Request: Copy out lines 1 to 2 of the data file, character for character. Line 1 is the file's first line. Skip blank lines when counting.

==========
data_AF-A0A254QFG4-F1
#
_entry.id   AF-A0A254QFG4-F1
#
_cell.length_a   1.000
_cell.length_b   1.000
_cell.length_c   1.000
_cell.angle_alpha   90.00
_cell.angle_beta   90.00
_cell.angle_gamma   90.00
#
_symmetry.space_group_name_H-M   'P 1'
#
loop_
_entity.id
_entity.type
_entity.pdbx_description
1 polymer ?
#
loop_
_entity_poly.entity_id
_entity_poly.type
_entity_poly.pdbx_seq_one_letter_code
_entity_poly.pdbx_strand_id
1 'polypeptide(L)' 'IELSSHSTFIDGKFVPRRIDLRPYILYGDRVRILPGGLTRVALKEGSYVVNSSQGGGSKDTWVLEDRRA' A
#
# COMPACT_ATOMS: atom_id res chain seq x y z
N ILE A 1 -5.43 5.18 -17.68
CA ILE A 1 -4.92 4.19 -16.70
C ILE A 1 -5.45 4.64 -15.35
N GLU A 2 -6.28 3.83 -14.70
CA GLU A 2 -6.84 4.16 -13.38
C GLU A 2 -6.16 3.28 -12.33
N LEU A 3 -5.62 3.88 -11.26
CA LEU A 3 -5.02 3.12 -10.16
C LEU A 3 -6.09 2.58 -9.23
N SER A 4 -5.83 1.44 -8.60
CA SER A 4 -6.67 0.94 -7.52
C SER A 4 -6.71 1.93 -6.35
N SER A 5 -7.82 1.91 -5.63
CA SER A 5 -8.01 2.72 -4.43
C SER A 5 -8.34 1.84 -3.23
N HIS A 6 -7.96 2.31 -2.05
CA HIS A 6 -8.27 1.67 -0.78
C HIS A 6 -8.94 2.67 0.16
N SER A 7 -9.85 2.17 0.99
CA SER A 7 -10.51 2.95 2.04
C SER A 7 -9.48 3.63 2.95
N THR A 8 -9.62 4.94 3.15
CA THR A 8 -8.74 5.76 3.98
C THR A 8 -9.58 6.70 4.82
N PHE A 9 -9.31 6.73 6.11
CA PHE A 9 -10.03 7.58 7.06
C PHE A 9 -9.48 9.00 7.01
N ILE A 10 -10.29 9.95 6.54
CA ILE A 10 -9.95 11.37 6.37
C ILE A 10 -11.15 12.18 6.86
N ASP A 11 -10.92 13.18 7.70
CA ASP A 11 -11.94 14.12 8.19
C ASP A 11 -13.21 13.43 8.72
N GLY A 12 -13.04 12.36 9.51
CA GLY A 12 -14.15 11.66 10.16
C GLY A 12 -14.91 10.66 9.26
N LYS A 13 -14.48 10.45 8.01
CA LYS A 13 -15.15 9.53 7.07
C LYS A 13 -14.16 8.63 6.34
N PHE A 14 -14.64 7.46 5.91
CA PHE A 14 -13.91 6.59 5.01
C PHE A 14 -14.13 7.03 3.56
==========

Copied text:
data_AF-A0A254QFG4-F1
#